Discussion in 'Firearms' started by irayone, Mar 14, 2012.
Here is where I got the idea
Lever Action .30-30 Scout Rifle
The Leupold Scout Scope
just out of curiosity.....does anyone know if that "flash hider" on the ruger scout is removable?
google fu comes up with
After six moths of study I purchased a Savage Arms 10 FCP-SR. Ten round detachable mag, 24 in barrel, 8.75 lbs, fluted barrel, Twist rate of 10, in 308 cal.
I love these questions which atart out comparing apples to oranges...
The difference in accuracy between rifles is less than the difference between shooters.
The real question is : How accurate are you ?
That is the biggest equation to the whole problem. Most of what I see in the real world is that most individuals think that the tools make a master instead of training and experience. I have seen so many buy an expensive firearm, yet balk at the cost of ammo or the cost of the range time/clubs to hone their skills to become accurate with what they have.
Yes it is. Vortex for me please. Both are great guns but apples and oranges of the same caliber. I would have chosen the Ruger. The M14 is awesome. But it is bigger, longer and heavier than I care to carry around. It has a standard 20 and optional 25 round magazine. Check out 44.mag.com that is where I bought my pair of 25 round mags. Very nice stuff.
I shoot 500 yards often; yet where I am sitting it is so wooded I am unable to see 50-60 yards. Field conditions have a heck of a lot of influence.
To add to what NotSoSneaky and Tikka said, walk out your front door, look around, walk out your back door, look around, climb on you roof, look around, do the same for your fall-back location. How far can you really see without obstructions? Then think about how far you can shoot accurately?
IMHO, a semi-auto will put out more rounds as accurately as you need, as far as you can see from your place.
And darn those unstable boats that capsize every time I set foot in one, but only when we get to the deep part of the lake or on the fast part of the river! I got one heck of a wrist-rocket slingshot that works, tho!
If the location is where you plan to defend; know the terrain and make a range card.
Doping or reading the wind is highly important to any kind of long distance shooting. The wind is kind of similar to rivers which affect the bullet's flight; near wind has more affect than far wind. Learn to read the wind's speed and angle.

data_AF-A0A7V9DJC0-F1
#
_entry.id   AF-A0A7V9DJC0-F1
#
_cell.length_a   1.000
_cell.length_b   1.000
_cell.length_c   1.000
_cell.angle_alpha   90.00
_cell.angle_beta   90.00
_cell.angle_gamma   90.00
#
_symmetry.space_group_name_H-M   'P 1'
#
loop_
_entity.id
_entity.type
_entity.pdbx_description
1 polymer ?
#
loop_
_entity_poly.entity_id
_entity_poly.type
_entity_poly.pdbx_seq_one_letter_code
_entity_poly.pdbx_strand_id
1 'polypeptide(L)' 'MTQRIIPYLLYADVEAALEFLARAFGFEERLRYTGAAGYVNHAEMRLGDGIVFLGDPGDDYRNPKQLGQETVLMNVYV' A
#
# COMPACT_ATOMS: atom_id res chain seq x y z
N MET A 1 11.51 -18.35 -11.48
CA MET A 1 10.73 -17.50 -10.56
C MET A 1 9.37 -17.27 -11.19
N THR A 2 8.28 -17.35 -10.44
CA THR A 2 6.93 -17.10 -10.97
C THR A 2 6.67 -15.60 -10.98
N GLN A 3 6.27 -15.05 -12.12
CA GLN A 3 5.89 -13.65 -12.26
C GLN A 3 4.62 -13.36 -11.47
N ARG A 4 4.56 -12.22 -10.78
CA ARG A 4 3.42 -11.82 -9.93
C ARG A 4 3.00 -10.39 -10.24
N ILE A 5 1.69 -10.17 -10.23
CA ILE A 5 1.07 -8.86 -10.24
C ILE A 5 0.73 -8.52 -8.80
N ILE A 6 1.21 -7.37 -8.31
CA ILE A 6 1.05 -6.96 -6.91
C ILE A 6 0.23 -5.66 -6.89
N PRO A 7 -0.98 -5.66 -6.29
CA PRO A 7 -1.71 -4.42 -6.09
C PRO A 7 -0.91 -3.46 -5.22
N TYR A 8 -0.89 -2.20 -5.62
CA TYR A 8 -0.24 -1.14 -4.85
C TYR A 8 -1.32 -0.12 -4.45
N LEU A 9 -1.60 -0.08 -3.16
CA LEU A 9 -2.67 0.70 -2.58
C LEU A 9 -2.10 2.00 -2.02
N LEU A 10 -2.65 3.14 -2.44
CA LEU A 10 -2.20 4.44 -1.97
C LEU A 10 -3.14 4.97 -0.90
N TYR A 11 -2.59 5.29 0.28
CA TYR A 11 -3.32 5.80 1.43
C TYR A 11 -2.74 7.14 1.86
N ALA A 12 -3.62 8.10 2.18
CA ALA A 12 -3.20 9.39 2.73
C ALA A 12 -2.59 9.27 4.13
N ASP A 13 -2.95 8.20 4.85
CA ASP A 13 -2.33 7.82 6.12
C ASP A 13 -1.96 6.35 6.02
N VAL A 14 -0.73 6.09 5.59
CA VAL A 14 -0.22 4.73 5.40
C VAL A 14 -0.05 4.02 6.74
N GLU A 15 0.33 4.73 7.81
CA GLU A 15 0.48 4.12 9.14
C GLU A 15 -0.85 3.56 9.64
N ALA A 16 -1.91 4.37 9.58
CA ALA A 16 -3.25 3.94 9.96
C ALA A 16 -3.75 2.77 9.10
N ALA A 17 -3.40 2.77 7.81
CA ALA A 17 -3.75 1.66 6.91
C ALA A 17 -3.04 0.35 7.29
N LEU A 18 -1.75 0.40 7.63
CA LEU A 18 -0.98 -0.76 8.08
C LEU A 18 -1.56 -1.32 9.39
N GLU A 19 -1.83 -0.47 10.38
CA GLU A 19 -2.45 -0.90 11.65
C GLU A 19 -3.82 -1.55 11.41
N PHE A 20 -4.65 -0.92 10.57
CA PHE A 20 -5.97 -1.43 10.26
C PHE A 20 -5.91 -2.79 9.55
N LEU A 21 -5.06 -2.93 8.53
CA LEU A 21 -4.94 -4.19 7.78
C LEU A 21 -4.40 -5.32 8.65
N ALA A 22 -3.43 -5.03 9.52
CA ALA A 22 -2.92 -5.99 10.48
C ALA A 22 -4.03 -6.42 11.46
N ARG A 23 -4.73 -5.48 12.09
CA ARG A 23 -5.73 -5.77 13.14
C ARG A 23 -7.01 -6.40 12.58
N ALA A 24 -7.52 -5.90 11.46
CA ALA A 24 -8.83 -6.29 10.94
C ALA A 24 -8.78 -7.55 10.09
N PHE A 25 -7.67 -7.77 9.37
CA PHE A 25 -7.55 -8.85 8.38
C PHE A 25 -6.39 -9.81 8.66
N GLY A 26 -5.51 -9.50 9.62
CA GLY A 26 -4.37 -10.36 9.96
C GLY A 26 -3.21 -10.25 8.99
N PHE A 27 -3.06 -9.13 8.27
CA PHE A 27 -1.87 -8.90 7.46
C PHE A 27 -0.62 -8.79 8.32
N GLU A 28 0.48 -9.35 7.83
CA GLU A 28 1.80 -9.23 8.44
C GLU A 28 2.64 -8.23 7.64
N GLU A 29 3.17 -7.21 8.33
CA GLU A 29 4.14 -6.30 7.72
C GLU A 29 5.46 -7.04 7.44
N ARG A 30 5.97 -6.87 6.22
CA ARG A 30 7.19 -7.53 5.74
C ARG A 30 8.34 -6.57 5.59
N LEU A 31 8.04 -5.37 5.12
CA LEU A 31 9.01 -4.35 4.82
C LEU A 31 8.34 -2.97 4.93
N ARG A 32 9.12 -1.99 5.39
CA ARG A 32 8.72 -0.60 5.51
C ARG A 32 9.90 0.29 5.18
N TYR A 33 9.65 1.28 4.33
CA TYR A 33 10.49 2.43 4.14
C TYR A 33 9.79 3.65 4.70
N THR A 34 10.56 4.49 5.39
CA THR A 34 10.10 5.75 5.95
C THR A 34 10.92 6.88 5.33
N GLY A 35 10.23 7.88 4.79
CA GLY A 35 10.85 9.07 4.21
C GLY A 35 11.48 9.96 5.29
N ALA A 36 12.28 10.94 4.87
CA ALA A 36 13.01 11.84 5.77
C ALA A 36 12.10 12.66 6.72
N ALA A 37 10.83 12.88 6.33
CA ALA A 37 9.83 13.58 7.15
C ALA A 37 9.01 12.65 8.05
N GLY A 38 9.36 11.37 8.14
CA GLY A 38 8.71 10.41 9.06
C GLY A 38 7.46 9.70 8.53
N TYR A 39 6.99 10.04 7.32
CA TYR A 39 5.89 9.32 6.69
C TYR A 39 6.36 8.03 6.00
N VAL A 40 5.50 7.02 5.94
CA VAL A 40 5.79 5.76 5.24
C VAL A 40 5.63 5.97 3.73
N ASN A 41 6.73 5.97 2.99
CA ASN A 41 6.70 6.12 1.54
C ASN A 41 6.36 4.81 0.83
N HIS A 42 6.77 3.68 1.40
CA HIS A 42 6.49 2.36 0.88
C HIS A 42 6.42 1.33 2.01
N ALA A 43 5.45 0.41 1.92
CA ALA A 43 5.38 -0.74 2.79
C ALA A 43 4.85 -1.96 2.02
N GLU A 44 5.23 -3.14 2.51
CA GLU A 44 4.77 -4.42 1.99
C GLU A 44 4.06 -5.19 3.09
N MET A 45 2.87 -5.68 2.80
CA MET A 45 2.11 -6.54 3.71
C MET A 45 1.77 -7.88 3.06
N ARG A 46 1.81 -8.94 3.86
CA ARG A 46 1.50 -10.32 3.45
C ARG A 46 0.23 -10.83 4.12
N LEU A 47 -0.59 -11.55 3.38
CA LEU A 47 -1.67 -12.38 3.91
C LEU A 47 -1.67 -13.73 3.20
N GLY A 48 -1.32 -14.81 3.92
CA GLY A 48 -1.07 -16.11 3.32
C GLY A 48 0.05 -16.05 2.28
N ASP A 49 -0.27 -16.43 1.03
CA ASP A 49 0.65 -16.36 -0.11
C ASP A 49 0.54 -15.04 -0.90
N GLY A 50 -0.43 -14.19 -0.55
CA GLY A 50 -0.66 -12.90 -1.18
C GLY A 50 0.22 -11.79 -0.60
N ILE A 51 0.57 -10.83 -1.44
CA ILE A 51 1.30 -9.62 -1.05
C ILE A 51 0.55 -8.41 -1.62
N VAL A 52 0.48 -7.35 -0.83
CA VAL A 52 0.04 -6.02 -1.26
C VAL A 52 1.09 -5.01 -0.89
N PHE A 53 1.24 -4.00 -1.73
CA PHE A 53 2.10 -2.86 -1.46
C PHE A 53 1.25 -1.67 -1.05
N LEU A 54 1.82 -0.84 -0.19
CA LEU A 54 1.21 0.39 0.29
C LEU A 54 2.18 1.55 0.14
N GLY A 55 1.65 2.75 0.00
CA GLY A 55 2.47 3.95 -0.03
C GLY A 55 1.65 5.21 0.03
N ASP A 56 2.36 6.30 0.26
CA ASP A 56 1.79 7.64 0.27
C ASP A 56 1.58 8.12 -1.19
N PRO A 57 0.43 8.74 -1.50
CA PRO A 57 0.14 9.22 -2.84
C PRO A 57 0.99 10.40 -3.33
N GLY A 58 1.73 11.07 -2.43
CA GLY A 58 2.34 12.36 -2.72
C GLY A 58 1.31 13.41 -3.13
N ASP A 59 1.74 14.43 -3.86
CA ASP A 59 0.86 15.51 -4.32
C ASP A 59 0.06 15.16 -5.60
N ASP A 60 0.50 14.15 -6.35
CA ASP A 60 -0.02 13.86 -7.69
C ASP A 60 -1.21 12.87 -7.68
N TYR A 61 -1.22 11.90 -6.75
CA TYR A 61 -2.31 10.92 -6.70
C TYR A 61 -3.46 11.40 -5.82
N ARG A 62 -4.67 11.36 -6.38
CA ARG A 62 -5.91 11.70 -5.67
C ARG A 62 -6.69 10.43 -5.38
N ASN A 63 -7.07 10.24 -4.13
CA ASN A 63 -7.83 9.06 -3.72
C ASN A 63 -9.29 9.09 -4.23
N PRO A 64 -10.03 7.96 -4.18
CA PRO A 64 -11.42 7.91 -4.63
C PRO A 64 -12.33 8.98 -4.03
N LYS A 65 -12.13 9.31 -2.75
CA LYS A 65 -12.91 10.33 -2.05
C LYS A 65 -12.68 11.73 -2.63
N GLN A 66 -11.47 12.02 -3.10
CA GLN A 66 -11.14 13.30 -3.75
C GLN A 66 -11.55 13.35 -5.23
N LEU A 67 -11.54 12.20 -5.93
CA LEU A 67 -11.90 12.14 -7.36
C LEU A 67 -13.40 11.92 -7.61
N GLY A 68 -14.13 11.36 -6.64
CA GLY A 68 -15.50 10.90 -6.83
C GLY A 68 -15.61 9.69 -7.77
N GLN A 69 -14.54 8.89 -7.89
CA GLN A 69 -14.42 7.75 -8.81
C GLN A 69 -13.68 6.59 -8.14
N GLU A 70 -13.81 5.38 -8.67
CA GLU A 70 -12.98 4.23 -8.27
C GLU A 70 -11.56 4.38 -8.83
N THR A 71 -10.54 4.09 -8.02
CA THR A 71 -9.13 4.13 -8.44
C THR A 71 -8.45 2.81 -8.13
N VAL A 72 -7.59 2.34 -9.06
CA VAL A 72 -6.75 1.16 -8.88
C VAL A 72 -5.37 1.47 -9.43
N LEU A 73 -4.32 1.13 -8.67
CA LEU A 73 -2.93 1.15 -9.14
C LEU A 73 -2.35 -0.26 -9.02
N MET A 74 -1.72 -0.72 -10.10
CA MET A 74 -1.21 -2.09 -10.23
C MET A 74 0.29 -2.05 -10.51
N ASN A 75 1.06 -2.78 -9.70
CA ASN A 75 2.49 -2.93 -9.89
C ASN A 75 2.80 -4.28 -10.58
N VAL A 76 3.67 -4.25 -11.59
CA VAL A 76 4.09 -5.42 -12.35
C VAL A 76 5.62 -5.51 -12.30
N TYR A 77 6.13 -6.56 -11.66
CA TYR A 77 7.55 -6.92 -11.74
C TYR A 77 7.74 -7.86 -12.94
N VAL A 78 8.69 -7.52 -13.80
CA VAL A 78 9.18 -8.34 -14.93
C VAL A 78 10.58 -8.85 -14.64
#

Having the skill to estimate range using mil-dots or a range finder if you have one helps also.
One shot from an accurate semi works as well as one from a bolt action. As it seriously flaunts your location; follow ups are more for in contact activities.
I happen to own both. (well several m14's of various types / m1a's)
I love both for what they are.
If I have to fight a war I want a M1A / M14
For all else I want my ruger GSR.
Both server their purposes.
I as an individual could not provide war fighting logistics and do not plan on fighting one.
For over all survival / woods loafing the ruger GSR works just fine for my wants and needs.
Both can hit a 12 inch bull at 500 yards.
Both have advantages and disadvantages.
Both are worthy rifles in their own right.
Choosing either one and you have a good weapon, capable of providing you with excellent service.
The bottom line questions are what do you want to do with it and which one do you want most.
Given a choice I would suggest both as together they cover most wants and needs I have.
Springfield Armory has several models of the M1A available now. A model called the "Scout Squad" looks similar to the Standard M1A, but appears to be a little lighter and shorter. It could be old news, but it's new to me.
Have a squint at the offerings M1A style from Fulton. I think they are competitive pricewise, but haven't looked lately. I have one of their ARs and it's my go to if I want to break things a ways off at the range.
I have a Savage Scout rifle in 308. The scope I use is a 2x8 extended eye relief with a simple duplex crosshair...This setup works superior in daylight, easy to shoot quick at 2x and to dial up for longer ranges...But just let it get dark and I might as well have a brick for a scope..you cannot see thru it. A Scout rifle needs an lighted reticule or dot for low light shooting.
The M14 in wood is no match for the M1A in synthetic.
Personally, I would probably lean more towards a long action AR than the M1A. The AR's ergos are better. Optic mounting is better also.
As surplus 7.62N is pricey; I'd look at other calibers also. To be proficient at 500m takes a lot of trigger time. Some of the others use less powder etc which is an advantage.
All of the "MBRs" are capable of hitting a military head and shoulders target at 500m. OTOH, with firearms which re-assembled from parts, YMWV.
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